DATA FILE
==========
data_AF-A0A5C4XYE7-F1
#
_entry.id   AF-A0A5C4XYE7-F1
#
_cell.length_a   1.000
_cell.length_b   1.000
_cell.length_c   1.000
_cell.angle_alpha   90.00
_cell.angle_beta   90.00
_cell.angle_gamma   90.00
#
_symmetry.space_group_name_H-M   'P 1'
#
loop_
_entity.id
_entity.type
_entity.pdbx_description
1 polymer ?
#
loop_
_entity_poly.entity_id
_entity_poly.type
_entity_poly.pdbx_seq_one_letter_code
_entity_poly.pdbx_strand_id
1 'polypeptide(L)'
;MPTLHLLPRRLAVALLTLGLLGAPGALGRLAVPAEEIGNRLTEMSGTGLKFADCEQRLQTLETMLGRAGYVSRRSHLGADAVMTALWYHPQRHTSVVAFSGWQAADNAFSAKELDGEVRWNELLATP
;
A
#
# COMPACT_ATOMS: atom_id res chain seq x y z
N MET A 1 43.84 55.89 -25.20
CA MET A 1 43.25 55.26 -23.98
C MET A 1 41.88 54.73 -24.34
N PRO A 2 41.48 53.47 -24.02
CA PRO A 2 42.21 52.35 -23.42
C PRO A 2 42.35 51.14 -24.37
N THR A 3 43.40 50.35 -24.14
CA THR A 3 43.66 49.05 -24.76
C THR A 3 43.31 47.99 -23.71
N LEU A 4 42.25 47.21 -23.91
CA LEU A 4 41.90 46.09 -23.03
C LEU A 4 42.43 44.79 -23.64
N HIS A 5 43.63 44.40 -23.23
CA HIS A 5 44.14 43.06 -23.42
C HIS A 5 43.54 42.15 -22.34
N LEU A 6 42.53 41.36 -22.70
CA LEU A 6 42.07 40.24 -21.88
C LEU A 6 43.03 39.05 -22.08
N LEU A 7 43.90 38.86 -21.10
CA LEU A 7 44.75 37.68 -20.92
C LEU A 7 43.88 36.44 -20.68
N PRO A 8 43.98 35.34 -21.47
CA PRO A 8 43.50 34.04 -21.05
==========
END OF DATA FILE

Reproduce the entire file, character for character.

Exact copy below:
data_AF-A0A5C4XYE7-F1
#
_entry.id   AF-A0A5C4XYE7-F1
#
_cell.length_a   1.000
_cell.length_b   1.000
_cell.length_c   1.000
_cell.angle_alpha   90.00
_cell.angle_beta   90.00
_cell.angle_gamma   90.00
#
_symmetry.space_group_name_H-M   'P 1'
#
loop_
_entity.id
_entity.type
_entity.pdbx_description
1 polymer ?
#
loop_
_entity_poly.entity_id
_entity_poly.type
_entity_poly.pdbx_seq_one_letter_code
_entity_poly.pdbx_strand_id
1 'polypeptide(L)'
;MPTLHLLPRRLAVALLTLGLLGAPGALGRLAVPAEEIGNRLTEMSGTGLKFADCEQRLQTLETMLGRAGYVSRRSHLGADAVMTALWYHPQRHTSVVAFSGWQAADNAFSAKELDGEVRWNELLATP
;
A
#
# COMPACT_ATOMS: atom_id res chain seq x y z
N MET A 1 43.84 55.89 -25.20
CA MET A 1 43.25 55.26 -23.98
C MET A 1 41.88 54.73 -24.34
N PRO A 2 41.48 53.47 -24.02
CA PRO A 2 42.21 52.35 -23.42
C PRO A 2 42.35 51.14 -24.37
N THR A 3 43.40 50.35 -24.14
CA THR A 3 43.66 49.05 -24.76
C THR A 3 43.31 47.99 -23.71
N LEU A 4 42.25 47.21 -23.91
CA LEU A 4 41.90 46.09 -23.03
C LEU A 4 42.43 44.79 -23.64
N HIS A 5 43.63 44.40 -23.23
CA HIS A 5 44.14 43.06 -23.42
C HIS A 5 43.54 42.15 -22.34
N LEU A 6 42.53 41.36 -22.70
CA LEU A 6 42.07 40.24 -21.88
C LEU A 6 43.03 39.05 -22.08
N LEU A 7 43.90 38.86 -21.10
CA LEU A 7 44.75 37.68 -20.92
C LEU A 7 43.88 36.44 -20.68
N PRO A 8 43.98 35.34 -21.47
CA PRO A 8 43.50 34.04 -21.05